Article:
Jump to content

Quixtar, My Dad's New Religion


Poonis
 Share

Recommended Posts

My dad recently called to tell me the good news: he has jumped aboard the Quixtar multi-level marketing train. This is the guy who has readily admitted to me a few years ago that he fucked his life up, chasing women when he was my age (age 27) instead of chasing financial security. At 54, having no retirement plan, no savings, and has no reliable source of income (and is currently unemployed), his plan to get-rich-quick revolves around Quixtar, and wants me to join. I flatly refused, as I am on the track to my own financial security with budgeting, saving, investing, financial planning and already having multiple sources of income. When he told me this over the phone, I honestly felt sad, and remembered Thoreau's quote:

 

"Most men lead lives of quiet desperation and go to the grave with the song still in them"

 

Has anyone else dealt with this? Just like my dad believes Christ will return "very soon", he also believes he will be a millionaire over this. What do you think?

Link to comment
Share on other sites

My dad recently called to tell me the good news: he has jumped aboard the Quixtar multi-level marketing train. This is the guy who has readily admitted to me a few years ago that he fucked his life up, chasing women when he was my age (age 27) instead of chasing financial security. At 54, having no retirement plan, no savings, and has no reliable source of income (and is currently unemployed), his plan to get-rich-quick revolves around Quixtar, and wants me to join. I flatly refused, as I am on the track to my own financial security with budgeting, saving, investing, financial planning and already having multiple sources of income. When he told me this over the phone, I honestly felt sad, and remembered Thoreau's quote:

 

"Most men lead lives of quiet desperation and go to the grave with the song still in them"

 

Has anyone else dealt with this? Just like my dad believes Christ will return "very soon", he also believes he will be a millionaire over this. What do you think?

 

OMG! RUN! Run fast and far!

 

We had friends into this when it first started in 1999 and we were in it too, within the first two months it existed. It's Amway disguised as an online shopping mall. Safe to say we never made a penny on it, but our friends swore by it and said they would retire on it. Indeed they ended up with a lot of people under them, mostly people they recruited from the church. I think of them sometimes and wonder how they're doing now. The wife was really hot, and I used to work on their computer, LOL. One day she called me over to work on her computer when her husband wasn't home. They had a treadmill set up next to the computer, and she came out of the bedroom dressed in some nice workout wear and proceeded to exercise while I was working on restoring her dialup...

 

Aeeeyyyy! Sorry, for getting sidetracked...

 

Don't get into it. It didn't work for most people when it first started and it doesn't work for the vast majority of people now. And it is Amway after all, as much as they try to say it's different.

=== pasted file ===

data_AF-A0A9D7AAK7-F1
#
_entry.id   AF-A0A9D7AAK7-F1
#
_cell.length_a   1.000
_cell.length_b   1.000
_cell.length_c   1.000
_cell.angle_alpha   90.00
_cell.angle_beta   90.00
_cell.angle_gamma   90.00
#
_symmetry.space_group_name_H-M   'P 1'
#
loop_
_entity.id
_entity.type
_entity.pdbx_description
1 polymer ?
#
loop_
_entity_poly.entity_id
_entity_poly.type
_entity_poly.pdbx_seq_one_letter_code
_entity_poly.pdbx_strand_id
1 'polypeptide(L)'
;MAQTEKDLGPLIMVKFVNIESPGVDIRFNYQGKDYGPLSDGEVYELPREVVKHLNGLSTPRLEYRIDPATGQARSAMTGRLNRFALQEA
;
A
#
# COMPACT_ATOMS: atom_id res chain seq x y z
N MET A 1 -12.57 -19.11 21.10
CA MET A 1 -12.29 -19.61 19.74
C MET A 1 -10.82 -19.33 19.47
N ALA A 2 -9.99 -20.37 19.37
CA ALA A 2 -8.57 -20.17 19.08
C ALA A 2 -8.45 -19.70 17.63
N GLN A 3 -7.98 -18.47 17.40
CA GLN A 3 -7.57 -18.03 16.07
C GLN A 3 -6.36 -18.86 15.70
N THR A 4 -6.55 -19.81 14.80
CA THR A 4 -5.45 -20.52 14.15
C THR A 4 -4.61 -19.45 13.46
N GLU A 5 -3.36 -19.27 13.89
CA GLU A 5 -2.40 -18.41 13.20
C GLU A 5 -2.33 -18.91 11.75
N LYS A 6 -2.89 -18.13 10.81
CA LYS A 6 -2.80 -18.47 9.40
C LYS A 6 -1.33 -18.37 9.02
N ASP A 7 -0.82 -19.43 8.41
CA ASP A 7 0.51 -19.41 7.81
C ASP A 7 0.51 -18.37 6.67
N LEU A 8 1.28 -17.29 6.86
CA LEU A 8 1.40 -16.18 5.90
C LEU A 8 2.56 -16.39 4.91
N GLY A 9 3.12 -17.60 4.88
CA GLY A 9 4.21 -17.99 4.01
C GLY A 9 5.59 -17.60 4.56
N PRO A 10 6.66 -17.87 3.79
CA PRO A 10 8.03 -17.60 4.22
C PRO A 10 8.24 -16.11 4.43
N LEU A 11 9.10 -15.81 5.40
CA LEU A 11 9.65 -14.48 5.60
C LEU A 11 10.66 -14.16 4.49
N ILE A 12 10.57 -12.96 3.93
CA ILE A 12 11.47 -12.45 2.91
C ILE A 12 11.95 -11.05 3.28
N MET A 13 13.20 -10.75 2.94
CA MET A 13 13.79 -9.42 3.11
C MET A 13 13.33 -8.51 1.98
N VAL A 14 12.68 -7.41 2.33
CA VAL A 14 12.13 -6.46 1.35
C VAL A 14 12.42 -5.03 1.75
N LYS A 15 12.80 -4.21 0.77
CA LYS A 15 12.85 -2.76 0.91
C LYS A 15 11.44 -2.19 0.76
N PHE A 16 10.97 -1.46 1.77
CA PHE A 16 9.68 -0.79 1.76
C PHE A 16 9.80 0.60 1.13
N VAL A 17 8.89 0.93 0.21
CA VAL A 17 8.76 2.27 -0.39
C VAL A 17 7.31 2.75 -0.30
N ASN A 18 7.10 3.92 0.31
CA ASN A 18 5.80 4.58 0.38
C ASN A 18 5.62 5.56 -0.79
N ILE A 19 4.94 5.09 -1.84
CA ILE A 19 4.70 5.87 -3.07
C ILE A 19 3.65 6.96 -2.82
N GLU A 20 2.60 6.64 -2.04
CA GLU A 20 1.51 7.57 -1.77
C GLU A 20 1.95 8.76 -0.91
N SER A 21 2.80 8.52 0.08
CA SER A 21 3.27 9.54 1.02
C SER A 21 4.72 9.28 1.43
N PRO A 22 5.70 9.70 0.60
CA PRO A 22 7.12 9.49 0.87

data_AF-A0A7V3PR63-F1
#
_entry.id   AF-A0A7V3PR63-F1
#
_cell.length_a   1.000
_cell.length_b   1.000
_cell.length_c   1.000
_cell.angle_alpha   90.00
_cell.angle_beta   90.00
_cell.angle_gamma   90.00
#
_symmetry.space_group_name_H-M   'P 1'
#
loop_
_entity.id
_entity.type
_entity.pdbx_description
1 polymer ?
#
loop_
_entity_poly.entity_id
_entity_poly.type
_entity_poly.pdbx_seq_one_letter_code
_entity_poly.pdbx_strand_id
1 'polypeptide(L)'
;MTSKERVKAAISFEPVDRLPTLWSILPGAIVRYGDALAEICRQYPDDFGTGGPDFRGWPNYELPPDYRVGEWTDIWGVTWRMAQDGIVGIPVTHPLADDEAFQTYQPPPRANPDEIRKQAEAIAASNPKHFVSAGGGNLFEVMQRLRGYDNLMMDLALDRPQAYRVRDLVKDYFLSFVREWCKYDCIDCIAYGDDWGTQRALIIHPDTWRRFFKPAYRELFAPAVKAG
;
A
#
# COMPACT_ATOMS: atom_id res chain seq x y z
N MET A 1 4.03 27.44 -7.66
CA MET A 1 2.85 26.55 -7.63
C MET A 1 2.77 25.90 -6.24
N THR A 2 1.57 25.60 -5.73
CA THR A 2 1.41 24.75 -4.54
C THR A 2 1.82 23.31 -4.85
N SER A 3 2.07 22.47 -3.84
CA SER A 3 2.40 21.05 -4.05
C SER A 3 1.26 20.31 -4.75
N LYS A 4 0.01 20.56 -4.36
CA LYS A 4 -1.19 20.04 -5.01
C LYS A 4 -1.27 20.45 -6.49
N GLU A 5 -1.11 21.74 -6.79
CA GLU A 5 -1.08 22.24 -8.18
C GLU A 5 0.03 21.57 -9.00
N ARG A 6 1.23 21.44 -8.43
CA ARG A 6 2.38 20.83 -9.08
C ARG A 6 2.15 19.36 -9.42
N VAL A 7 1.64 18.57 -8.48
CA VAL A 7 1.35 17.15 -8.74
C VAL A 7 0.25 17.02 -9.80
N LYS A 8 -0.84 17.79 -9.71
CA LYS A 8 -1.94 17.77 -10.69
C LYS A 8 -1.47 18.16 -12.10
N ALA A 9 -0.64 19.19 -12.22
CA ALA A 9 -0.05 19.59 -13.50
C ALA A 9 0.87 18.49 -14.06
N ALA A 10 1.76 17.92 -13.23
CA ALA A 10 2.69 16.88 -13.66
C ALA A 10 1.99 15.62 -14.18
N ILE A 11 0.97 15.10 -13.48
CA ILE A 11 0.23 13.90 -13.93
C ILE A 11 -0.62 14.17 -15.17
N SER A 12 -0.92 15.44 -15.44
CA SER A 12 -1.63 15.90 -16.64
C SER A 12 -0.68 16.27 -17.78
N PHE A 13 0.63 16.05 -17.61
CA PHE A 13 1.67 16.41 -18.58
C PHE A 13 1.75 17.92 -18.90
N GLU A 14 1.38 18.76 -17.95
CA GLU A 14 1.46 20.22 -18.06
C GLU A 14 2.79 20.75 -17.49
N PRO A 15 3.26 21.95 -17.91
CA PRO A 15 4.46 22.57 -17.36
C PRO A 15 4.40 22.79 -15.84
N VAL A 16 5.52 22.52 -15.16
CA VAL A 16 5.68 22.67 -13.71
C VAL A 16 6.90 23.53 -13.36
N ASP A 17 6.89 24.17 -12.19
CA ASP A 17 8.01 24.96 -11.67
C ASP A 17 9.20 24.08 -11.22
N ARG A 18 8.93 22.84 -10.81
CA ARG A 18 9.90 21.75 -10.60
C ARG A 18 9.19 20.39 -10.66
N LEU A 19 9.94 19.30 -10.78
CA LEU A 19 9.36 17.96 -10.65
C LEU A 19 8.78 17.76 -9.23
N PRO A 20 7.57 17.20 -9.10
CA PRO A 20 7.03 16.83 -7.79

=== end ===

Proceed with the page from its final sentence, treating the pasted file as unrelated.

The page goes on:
Link to comment
Share on other sites

I'll second that. RUN...don't walk. I've read things about Quixar. Seems alot like the "legal" version of the age-old pyramid game. Only those at the very top will make the serious money. I've read that the only thing that differentiates some of the MLM's and an illegal pyramid is that there is actually a product being sold with the MLM's. As far as the usefulness of said products.... I dunno, LOL!

Link to comment
Share on other sites

Eep! I once had someone from an MLM scheme (Primerica) contact me. When I interviewed, I was given a financial services sales pitch. Told them I was looking for a permanent job with salary and benefits, and in no way had the extra money to spend on financial services or the certification class they wanted me to take. There were also numerous red flags in the interview. Needless to say, I didn't do it, and I'm glad I didn't. Primerica, like Quixtar, is probably legal. But it's still not a real job and you're not going to get rich doing it.

Link to comment
Share on other sites

Amethyst,

 

We were roped into Primerica. We paid some $90 for services wherein they were supposed to help us sort out our debt. We have zero credit card debt -- all student loan and medical bills. I thought it was legit because it was supposedly a division of Citicorp. Of course, it was another pitch through someone at church. (Boy we were suckers!) And they never did give us anything of any value, not even help us consolidate our bills like they promised.

Link to comment
Share on other sites

Oh, good god, my mother was SO INTO Amway for a long time when I was younger. I had some friends at church who swore by it too. The one family got into Quixtar as soon as it started up. I don't know if they're still involved in it, though, as i haven't talked to them for a while. I remember the amway products being quite shitty. Mom used to go away to these meetings all the time, where they'd all get together and hear motivational talks. She even had tapes and listened to them in the car. She never saw any extra money from it, though... and happily, she was smart enough to quit it once she realized she was being duped. It really is like a religion... a religion where money is the god. It doesn't make sense to me how so many churchgoers can get involved with this stuff and not have a burning conscience. I mean... god and mammon, anyone? Just another round of hypocrisy i guess.